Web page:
Telling you what to do with yourself
On the Texas power grid, the California system of higher education, and the overreach inherent to imposing a plan for universal compulsory "national service"
One of the daffy ideas that periodically gets revived as a plausible public policy is the notion of compulsory "national service", in the form of something like Rep. Charlie Rangel's 2013 bill for a "Universal National Service Act". That bill proposed "a 2-year period of national service, unless exempted, either through military service or through civilian service in a federal, state, or local government program or with a community-based agency" for every American resident between the ages of 18 and 25.
■ There are plenty of reasonable Constitutional and moral obstacles to enacting a sweeping claim to two years of every young person's life. Despite these obstacles, people float the idea every once in a while; this time around, it is the suggestion of New York Times opinion writer Jay Caspian Kang.
■ As a matter of scale, a universal national service program would be expensive (assuming that the "service" would consist of paid work) and enormously difficult to administer. Such problems could be so substantial that it would make sense to conduct a pilot test first, perhaps by implementing a two-year mandatory service period in a state or two. Good national policies often originate with state-level programs.
■ But the very thought of an individual state imposing a mandatory service program seems ludicrous. What state would do it, and where would the idea be tolerated? Does a state like California (which offers one of the nation's most ambitious programs for college education) have the stomach to impose such a stiff requirement of its residents? Does a state like Vermont (which votes more to the left than almost any other state) have the internal fortitude to make young people sacrifice two years for the "common good"? Does a state like Texas (which has such an independent streak that it even resists interconnection with out-of-state power grids) have the legal authority to mandate what millions of its own people would have to do with two precious years of life?
■ All of these cases seem extremely unlikely -- what state would even try to impose its own service requirement, and what are the odds the people of any state would stand for it? If a reasonable observer looks at a policy and can't see a way it could be done at the state level, then the burden of proof is extraordinary for anyone seeking to justify the same proposal at the national level. Scale isn't its own justification.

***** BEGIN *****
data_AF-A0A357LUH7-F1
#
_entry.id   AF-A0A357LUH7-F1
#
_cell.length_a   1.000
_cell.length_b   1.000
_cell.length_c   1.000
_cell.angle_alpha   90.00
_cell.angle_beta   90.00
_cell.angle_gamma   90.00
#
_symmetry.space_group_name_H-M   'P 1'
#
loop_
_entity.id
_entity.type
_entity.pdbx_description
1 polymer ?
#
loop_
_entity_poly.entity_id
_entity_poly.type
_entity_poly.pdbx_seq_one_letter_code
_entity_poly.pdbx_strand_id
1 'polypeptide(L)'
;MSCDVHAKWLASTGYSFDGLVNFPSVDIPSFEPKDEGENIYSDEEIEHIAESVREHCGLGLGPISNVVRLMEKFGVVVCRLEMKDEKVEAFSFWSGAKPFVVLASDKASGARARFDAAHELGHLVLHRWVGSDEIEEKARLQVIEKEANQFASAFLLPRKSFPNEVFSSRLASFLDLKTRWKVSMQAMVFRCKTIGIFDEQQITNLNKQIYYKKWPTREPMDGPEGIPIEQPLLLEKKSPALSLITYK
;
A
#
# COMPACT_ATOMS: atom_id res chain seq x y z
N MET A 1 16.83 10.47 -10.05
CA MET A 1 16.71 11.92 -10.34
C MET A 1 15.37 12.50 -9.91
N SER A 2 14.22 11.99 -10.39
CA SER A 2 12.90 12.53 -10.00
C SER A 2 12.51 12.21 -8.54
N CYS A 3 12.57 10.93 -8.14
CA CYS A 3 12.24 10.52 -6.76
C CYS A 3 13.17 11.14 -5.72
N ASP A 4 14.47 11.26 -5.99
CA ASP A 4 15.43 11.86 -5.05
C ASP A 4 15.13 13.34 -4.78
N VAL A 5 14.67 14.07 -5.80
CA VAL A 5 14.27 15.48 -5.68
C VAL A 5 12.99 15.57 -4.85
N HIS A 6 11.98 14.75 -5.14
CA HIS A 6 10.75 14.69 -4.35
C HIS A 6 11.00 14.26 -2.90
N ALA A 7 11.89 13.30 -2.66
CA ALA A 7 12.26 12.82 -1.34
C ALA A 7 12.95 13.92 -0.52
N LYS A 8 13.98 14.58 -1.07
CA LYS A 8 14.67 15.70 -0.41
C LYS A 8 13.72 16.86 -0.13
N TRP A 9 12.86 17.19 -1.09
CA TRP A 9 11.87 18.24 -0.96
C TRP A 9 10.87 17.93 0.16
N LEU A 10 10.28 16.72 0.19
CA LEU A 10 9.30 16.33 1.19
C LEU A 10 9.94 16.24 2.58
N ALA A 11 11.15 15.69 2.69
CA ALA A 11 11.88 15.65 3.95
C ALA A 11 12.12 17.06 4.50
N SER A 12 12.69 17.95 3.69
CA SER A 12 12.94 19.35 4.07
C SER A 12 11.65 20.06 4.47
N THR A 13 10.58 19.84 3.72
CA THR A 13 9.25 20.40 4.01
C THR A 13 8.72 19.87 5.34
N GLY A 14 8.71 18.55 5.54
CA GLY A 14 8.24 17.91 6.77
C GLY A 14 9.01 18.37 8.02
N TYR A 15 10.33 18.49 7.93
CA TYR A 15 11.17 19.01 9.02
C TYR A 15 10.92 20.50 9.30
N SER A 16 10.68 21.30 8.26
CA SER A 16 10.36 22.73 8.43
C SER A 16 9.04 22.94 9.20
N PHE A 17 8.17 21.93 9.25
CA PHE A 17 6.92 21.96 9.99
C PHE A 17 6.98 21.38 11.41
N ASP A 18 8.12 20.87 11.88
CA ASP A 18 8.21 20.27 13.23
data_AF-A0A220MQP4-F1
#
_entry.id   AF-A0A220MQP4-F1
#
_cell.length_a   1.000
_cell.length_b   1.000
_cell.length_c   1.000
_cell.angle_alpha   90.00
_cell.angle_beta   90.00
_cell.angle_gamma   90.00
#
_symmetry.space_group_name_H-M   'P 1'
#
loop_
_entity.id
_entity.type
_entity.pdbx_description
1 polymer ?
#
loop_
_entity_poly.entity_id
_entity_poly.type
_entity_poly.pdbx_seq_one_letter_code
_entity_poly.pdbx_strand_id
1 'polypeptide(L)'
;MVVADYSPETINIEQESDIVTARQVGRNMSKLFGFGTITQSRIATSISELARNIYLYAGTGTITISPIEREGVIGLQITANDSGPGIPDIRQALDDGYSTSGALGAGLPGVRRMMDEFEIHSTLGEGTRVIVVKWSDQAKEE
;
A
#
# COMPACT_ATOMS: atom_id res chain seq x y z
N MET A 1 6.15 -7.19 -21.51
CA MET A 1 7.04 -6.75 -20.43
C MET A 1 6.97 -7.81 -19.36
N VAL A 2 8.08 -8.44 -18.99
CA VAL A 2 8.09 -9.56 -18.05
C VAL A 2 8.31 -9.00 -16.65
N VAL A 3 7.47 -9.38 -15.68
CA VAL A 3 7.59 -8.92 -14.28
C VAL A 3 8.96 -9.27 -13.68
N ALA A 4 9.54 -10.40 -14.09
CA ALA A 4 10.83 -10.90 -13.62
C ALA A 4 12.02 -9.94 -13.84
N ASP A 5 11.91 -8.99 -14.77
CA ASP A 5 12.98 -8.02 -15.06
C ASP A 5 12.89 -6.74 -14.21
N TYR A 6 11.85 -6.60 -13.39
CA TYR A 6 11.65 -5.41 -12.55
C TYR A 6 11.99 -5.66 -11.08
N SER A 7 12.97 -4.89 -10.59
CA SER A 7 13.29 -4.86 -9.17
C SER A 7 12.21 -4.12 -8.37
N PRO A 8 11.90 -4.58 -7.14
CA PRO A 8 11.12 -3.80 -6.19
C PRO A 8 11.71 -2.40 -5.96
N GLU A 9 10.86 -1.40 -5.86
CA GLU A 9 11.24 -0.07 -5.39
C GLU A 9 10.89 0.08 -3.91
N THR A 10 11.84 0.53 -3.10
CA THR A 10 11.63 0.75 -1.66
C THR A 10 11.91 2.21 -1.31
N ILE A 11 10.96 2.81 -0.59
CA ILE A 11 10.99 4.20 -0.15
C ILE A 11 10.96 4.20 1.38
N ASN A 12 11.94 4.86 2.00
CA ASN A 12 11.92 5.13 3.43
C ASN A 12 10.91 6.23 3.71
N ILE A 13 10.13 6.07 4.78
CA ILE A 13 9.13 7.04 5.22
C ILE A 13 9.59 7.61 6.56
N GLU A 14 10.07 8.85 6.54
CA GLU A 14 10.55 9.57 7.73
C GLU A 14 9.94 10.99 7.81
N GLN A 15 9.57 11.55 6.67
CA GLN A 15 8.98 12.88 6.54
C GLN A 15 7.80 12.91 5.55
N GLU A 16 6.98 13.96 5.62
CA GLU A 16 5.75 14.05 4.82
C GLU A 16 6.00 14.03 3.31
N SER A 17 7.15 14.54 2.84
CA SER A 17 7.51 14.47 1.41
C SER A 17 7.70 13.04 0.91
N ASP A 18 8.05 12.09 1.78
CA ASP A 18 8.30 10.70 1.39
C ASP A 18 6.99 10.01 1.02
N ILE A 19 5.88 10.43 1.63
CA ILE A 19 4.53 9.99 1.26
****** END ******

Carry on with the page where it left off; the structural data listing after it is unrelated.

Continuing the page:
■ Setting aside the unlikelihood of any idea working at the national scale that seems unfathomable at the state level, we should remain alert to the false promise of "shared experience". Proponents of ideas like compulsory national service often argue that we can capture in the modern day some of the esprit de corps that went along with the mandatory conscriptions into the armed forces during World War II.
■ Winning a war against a totalitarian enemy to save the future of democracy is the kind of enormous, ambitious, life-or-death goal that tends to bind a society together. (There is, for instance, a fairly good chance that Ukraine will emerge more unified in the long run after repelling the Russian invasion than it would have under the status quo ante.)
■ But the same cannot be said of putting millions of Americans through a common statutory requirement without a shared investment in a common, tangible outcome. Millions of students attend college at the same time all across the country, but aside from decorating their caps and gowns in similar themes, not much can be found in common among the graduates of Boston College, the University of Alabama, the Air Force Academy, and Brigham Young University. They did the same thing at the same time, but they didn't do it together for a common purpose.
■ There may indeed be merit in the case for a larger menu of service programs at the national level. AmeriCorps alumni may be more vocal about their loyalties than fans of the Green Bay Packers. But we shouldn't see the good feelings of a limited, self-selecting population that volunteered for an activity and extrapolate the conclusion that a similar experience is necessary or prudent for making all of our young people into good citizens.